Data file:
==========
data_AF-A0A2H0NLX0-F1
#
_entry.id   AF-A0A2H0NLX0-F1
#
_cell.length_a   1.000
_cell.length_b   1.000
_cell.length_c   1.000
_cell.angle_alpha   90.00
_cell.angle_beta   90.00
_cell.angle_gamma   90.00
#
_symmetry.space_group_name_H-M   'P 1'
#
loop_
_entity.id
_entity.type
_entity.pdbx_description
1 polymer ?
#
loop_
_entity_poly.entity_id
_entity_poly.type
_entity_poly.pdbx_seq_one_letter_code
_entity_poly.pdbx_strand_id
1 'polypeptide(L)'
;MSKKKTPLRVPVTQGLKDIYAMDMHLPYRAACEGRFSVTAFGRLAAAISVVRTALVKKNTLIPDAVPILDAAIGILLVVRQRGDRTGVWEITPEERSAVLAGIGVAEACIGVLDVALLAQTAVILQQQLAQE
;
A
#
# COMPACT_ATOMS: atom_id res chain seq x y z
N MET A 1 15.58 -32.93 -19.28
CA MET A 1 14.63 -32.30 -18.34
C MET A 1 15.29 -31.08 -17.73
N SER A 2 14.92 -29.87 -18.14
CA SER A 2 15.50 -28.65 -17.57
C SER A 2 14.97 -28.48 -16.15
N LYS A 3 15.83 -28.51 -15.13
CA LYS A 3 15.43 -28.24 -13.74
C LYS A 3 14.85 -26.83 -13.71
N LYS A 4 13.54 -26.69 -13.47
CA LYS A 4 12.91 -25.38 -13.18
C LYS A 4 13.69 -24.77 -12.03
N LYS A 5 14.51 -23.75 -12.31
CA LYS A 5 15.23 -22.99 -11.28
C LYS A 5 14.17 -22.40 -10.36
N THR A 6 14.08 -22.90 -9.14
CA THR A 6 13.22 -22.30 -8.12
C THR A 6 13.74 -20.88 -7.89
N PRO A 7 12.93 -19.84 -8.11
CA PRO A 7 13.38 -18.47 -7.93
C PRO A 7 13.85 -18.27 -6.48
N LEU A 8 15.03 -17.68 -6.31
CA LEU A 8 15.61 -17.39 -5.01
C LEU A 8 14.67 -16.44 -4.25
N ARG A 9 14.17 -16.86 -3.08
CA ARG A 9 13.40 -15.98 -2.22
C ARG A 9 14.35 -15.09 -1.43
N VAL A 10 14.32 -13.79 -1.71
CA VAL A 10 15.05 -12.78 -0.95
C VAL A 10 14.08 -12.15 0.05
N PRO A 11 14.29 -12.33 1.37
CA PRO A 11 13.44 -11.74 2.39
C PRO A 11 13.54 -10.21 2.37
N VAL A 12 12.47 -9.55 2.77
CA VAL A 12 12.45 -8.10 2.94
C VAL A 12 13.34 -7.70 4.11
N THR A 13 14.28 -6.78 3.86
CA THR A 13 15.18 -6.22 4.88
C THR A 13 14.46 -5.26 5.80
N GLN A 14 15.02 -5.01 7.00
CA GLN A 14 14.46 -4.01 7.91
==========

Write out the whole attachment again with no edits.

data_AF-A0A2H0NLX0-F1
#
_entry.id   AF-A0A2H0NLX0-F1
#
_cell.length_a   1.000
_cell.length_b   1.000
_cell.length_c   1.000
_cell.angle_alpha   90.00
_cell.angle_beta   90.00
_cell.angle_gamma   90.00
#
_symmetry.space_group_name_H-M   'P 1'
#
loop_
_entity.id
_entity.type
_entity.pdbx_description
1 polymer ?
#
loop_
_entity_poly.entity_id
_entity_poly.type
_entity_poly.pdbx_seq_one_letter_code
_entity_poly.pdbx_strand_id
1 'polypeptide(L)'
;MSKKKTPLRVPVTQGLKDIYAMDMHLPYRAACEGRFSVTAFGRLAAAISVVRTALVKKNTLIPDAVPILDAAIGILLVVRQRGDRTGVWEITPEERSAVLAGIGVAEACIGVLDVALLAQTAVILQQQLAQE
;
A
#
# COMPACT_ATOMS: atom_id res chain seq x y z
N MET A 1 15.58 -32.93 -19.28
CA MET A 1 14.63 -32.30 -18.34
C MET A 1 15.29 -31.08 -17.73
N SER A 2 14.92 -29.87 -18.14
CA SER A 2 15.50 -28.65 -17.57
C SER A 2 14.97 -28.48 -16.15
N LYS A 3 15.83 -28.51 -15.13
CA LYS A 3 15.43 -28.24 -13.74
C LYS A 3 14.85 -26.83 -13.71
N LYS A 4 13.54 -26.69 -13.47
CA LYS A 4 12.91 -25.38 -13.18
C LYS A 4 13.69 -24.77 -12.03
N LYS A 5 14.51 -23.75 -12.31
CA LYS A 5 15.23 -22.99 -11.28
C LYS A 5 14.17 -22.40 -10.36
N THR A 6 14.08 -22.90 -9.14
CA THR A 6 13.22 -22.30 -8.12
C THR A 6 13.74 -20.88 -7.89
N PRO A 7 12.93 -19.84 -8.11
CA PRO A 7 13.38 -18.47 -7.93
C PRO A 7 13.85 -18.27 -6.48
N LEU A 8 15.03 -17.68 -6.31
CA LEU A 8 15.61 -17.39 -5.01
C LEU A 8 14.67 -16.44 -4.25
N ARG A 9 14.17 -16.86 -3.08
CA ARG A 9 13.40 -15.98 -2.22
C ARG A 9 14.35 -15.09 -1.43
N VAL A 10 14.32 -13.79 -1.71
CA VAL A 10 15.05 -12.78 -0.95
C VAL A 10 14.08 -12.15 0.05
N PRO A 11 14.29 -12.33 1.37
CA PRO A 11 13.44 -11.74 2.39
C PRO A 11 13.54 -10.21 2.37
N VAL A 12 12.47 -9.55 2.77
CA VAL A 12 12.45 -8.10 2.94
C VAL A 12 13.34 -7.70 4.11
N THR A 13 14.28 -6.78 3.86
CA THR A 13 15.18 -6.22 4.88
C THR A 13 14.46 -5.26 5.80
N GLN A 14 15.02 -5.01 7.00
CA GLN A 14 14.46 -4.01 7.91